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Having the fifth-most-followed account on Instagram definitely has to be as daunting as it sounds. In fact, chances are that you will likely spend a better part of your day on your social media pages, trying to keep the momentum going. Except, this couldn’t be farther from the truth.
Yes, Selena Gomez has over 300 million followers (and counting) on Instagram and yes, she is the fifth-most-followed account on the photo-sharing network, but you may be surprised to hear that it’s actually the actress’s assistant that’s responsible for sharing her content. In fact, the Wizards of Waverly Place star hasn’t been on social media in over 4 years, all in an effort to preserve her mental health,

“Taking a break from social media was the best decision that I’ve ever made for my mental health. I created a system where I still don‘t have my passwords. And the unnecessary hate and comparisons went away once I put my phone down.” Selena Gomez, InStyle

Selena Gomez: Quitting Social Media for Mental Health

“I haven’t been on the internet in four-and-a-half years… It has changed my life completely… I am happier, I am more present, I connect more with people,” Selena Gomez, Good Morning America

The former Disney star has been open about her mental health journey in the past. In 2020 during an Instagram Live chat with fellow Disney star Miley Cyrus, Gomez spoke about her bipolar disorder diagnosis, and prior to this in 2018 during another Instagram live, Gomez also opened up about living with depression and anxiety, sharing that,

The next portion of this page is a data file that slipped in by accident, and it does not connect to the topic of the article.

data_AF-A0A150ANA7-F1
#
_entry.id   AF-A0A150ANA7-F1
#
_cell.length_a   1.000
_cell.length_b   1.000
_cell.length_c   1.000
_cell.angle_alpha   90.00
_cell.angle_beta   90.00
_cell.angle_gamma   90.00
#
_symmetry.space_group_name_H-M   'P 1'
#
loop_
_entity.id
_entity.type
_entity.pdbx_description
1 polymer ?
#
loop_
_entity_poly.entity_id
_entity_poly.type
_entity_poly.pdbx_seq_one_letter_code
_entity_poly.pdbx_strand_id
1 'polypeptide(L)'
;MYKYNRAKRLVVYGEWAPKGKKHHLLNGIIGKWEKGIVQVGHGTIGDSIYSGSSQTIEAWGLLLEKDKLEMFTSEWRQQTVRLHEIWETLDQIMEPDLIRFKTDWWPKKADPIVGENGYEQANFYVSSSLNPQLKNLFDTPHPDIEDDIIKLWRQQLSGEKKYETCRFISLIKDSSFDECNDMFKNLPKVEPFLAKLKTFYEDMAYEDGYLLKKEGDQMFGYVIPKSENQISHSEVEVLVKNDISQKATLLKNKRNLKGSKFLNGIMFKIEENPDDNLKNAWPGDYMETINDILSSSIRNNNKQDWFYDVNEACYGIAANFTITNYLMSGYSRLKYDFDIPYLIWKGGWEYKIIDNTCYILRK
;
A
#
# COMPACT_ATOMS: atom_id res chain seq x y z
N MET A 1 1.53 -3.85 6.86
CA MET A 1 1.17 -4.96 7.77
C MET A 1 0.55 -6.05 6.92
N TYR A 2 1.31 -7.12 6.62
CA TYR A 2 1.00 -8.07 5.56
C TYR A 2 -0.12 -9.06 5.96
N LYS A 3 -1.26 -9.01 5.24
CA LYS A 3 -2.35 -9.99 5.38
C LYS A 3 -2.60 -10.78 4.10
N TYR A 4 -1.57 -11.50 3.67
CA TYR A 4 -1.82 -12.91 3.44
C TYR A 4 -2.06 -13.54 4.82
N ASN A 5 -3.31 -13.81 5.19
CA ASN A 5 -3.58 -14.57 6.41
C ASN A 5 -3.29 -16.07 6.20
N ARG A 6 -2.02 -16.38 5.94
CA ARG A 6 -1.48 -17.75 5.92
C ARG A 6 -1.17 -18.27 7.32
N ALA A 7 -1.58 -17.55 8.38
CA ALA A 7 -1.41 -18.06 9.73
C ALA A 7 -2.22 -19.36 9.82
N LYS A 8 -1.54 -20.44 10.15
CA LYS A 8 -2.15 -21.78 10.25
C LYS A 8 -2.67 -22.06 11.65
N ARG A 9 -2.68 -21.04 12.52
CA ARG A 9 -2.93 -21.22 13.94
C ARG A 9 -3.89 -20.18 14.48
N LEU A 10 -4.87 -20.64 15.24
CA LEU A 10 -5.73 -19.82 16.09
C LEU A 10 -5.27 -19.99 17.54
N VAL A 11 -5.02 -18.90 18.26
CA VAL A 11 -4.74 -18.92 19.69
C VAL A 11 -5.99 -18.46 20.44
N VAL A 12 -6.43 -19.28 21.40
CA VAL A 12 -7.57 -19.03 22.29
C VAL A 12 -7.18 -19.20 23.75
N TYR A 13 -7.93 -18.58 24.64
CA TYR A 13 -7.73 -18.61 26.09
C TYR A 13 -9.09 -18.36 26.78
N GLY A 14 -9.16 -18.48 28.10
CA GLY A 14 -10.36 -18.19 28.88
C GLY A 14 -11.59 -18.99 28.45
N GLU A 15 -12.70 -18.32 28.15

“Depression was my life for five years straight. Depression and anxiety were at the forefront of everything that I did in my life. Every single thing. I would make myself have the courage to just keep going.”

Social media and mental health

social media
Photo by dole777 on Unsplash

Now while Gomez admits that social media and the internet as a whole can do important things for the world, that doesn’t absolve the reality of how toxic the entire platform can be, especially for one’s mental health.

According to a Chinese study that focused on 512 college students from March 24 to April 1, 2020, a strong association was found between higher use of social media and an increased risk of depression. Additionally, a recent study credited in Harvard Magazine found that adults who use Snapchat, Facebook, and TikTok are more likely to report symptoms of depression.

Should you take a social media detox?

Selena Gomez is focused on prioritizing her mental well-being, and one way to do this is by stepping back from social media. Gomez revealed that she can’t believe where she is mentally just because of how she took the necessary steps to remove herself from social media.

What’s more, research has found that reducing your social media use, or quitting it entirely, can have a beneficial impact on your mental health. A 2018 study published in the Journal of Social and Clinical Psychology examined 143 undergraduates who were tasked with either limiting their daily social media use to no more than 10 minutes or continuing their social media use normally, over a 3-week period.